We have seen that alcohols undergo acid catalysed nucleophilic addition to aldehydes and ketones to produce hemiacetals, acetals, hemiketals, and ketals as summarized in Figure 1.
Amines undergo similar acid catalysed nucleophilic addition reactions. The following discussion is limited to the reactions of primary amines with aldehydes and ketones. Primary amines are amines in which the nitrogen atom is bonded to 1 carbon atom. Figure 2 presents several examples of primary amines.
More important than the number of carbons attached to the nitrogen is the number of hydrogens. The reason for this becomes apparent when we consider, step-by-step, what happenes upon addition of a primary amine to an aldehyde or ketone. As a simple example, consider the reaction of methylamine with acetaldehyde. This reaction could be performed by dissolving acetaldehyde and methylamine in aqueous acid. Under those reaction conditions, the equilibria shown in Equations 1 and 2 would be established.
The trick here is to adjust the pH of the solution so that some of the aldehyde will be protonated while some of the amine is unprotonated. Protonating the aldehyde makes the carbonyl carbon more electrophilic, thus increasing its reactivity toward the nucleophilic nitrogen of an unprotonated methylamine. Figure 3 outlines the complete reaction.
The ammonium ion 1 enclosed in the box in Step 2 of the process is analogous to the oxonium ion produced in the reaction of acetaldehyde with methanol. The resonance contributor 2 highlighted in Step 4 parallels that generated during the formation of acetaldehyde dimethylacetal. While these two structures are very similar, the products they yield are very different, as Figure 4 indicates.
The difference stems from the fact that in intermediate 2 the nitrogen atom has an exchangeable H attached to it while the oxygen atom in intermediate 3 does not. Formation of the carbon-nitrogen double bond by deprotonation of the nitrogen atom is simply the most likely fate of intermediate 2. Since intermediate 3 does not have a comparable pathway available to it, an alternative reaction occurs: the electron deficient carbon gains a pair of electrons by forming a bond with another methanol molecule.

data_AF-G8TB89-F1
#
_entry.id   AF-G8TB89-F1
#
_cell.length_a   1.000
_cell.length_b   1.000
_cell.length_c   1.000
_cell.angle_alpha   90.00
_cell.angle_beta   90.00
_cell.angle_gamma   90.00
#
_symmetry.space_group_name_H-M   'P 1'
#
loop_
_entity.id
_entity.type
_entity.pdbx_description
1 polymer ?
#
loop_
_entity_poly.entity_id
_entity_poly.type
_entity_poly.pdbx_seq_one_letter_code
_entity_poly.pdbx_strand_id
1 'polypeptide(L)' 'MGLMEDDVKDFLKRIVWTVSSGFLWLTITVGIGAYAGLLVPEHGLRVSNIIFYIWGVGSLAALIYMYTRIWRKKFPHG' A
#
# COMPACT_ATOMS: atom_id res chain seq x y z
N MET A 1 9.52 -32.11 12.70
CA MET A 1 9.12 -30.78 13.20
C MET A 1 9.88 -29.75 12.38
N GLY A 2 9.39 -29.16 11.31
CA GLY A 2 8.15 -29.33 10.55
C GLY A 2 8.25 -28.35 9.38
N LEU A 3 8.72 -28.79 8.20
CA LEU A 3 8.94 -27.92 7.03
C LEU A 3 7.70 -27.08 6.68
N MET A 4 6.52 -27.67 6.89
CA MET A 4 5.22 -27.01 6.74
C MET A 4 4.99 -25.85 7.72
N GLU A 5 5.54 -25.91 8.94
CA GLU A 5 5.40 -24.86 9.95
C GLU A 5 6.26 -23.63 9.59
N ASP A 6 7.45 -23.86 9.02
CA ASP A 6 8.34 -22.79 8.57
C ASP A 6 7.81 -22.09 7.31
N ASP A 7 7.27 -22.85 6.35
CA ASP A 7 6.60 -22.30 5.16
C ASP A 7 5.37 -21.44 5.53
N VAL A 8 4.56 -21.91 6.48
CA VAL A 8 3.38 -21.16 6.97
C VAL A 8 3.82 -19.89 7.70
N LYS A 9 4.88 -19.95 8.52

Equation 1 outlines the reaction of a cyclic ketone with a type of amine called a hydrazine. (In this equation TBS represents an OH protecting group while Ar stands for an aromatic ring.) Although hydrazines are technically not primary amines, they possess the more essential feature required for the formation of imines: two hydrogen atoms attached to the terminal nitrogen atom. (What happens to those two hydrogens and the oxygen atom of the carbonyl group?)
Reaction 1 constituted an early step in the first synthesis of taxol. The product of reaction 1 is a special type of imine called a hydrazone.
Before the development of modern spectroscopic techniques, hydrazones and related compounds such as oximes and semicarbazides played important roles in the characterization of the structures of aldehydes and ketones. Equations 2-4 illustrate the formation of one compound of each type.
Imines are formed as intermediates in the Strecker synthesis of amino acids. This reaction sequence begins with the reaction of an aldehyde with ammonia to produce an imine. The imine then reacts with cyanide ion to form an a-aminonitrile. Hydrolysis of the nitrile group yields the amino acid. The overall sequence is outlined in Figure 5 for the amino acid phenylalanine.
As a final example, Figure 6 depicts the formation of an imine from the reaction of pyridoxal-5'-phosphate with the amino group of the aspartic acid.
Pyridoxal-5'-phosphate is the coenzyme form of vitamin B6. It is involved in a variety of important biochemical transformations. In the present case, the imine intermediate undergoes loss of carbon dioxide, followed by a series of proton transfers, to produce another amino acid, alanine. Note that the reaction sequence is catalytic in that pyridoxal-5'-phosphate is regenerated.